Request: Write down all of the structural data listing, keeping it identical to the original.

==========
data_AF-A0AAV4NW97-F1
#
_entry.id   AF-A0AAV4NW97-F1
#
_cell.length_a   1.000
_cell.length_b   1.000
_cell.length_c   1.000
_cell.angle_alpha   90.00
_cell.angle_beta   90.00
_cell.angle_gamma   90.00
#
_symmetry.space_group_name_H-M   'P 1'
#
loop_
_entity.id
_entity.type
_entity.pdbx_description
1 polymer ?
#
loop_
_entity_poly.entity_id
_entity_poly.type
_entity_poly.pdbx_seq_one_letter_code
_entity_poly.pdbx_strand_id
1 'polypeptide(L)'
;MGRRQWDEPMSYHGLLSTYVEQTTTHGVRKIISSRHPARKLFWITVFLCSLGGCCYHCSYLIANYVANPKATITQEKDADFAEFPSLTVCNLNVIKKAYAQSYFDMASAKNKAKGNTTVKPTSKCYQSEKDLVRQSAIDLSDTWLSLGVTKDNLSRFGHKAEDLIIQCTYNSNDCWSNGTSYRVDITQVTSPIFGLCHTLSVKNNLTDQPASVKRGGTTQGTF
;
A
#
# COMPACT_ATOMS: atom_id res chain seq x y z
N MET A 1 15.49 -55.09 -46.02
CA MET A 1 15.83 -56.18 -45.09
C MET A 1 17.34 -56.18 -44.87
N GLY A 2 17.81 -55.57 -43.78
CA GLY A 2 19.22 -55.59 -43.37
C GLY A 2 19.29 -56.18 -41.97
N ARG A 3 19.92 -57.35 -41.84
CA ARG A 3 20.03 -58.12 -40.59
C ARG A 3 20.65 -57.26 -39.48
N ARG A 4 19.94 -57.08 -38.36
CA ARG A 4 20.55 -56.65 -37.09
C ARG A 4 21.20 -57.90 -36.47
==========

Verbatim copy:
data_AF-A0AAV4NW97-F1
#
_entry.id   AF-A0AAV4NW97-F1
#
_cell.length_a   1.000
_cell.length_b   1.000
_cell.length_c   1.000
_cell.angle_alpha   90.00
_cell.angle_beta   90.00
_cell.angle_gamma   90.00
#
_symmetry.space_group_name_H-M   'P 1'
#
loop_
_entity.id
_entity.type
_entity.pdbx_description
1 polymer ?
#
loop_
_entity_poly.entity_id
_entity_poly.type
_entity_poly.pdbx_seq_one_letter_code
_entity_poly.pdbx_strand_id
1 'polypeptide(L)'
;MGRRQWDEPMSYHGLLSTYVEQTTTHGVRKIISSRHPARKLFWITVFLCSLGGCCYHCSYLIANYVANPKATITQEKDADFAEFPSLTVCNLNVIKKAYAQSYFDMASAKNKAKGNTTVKPTSKCYQSEKDLVRQSAIDLSDTWLSLGVTKDNLSRFGHKAEDLIIQCTYNSNDCWSNGTSYRVDITQVTSPIFGLCHTLSVKNNLTDQPASVKRGGTTQGTF
;
A
#
# COMPACT_ATOMS: atom_id res chain seq x y z
N MET A 1 15.49 -55.09 -46.02
CA MET A 1 15.83 -56.18 -45.09
C MET A 1 17.34 -56.18 -44.87
N GLY A 2 17.81 -55.57 -43.78
CA GLY A 2 19.22 -55.59 -43.37
C GLY A 2 19.29 -56.18 -41.97
N ARG A 3 19.92 -57.35 -41.84
CA ARG A 3 20.03 -58.12 -40.59
C ARG A 3 20.65 -57.26 -39.48
N ARG A 4 19.94 -57.08 -38.36
CA ARG A 4 20.55 -56.65 -37.09
C ARG A 4 21.20 -57.90 -36.47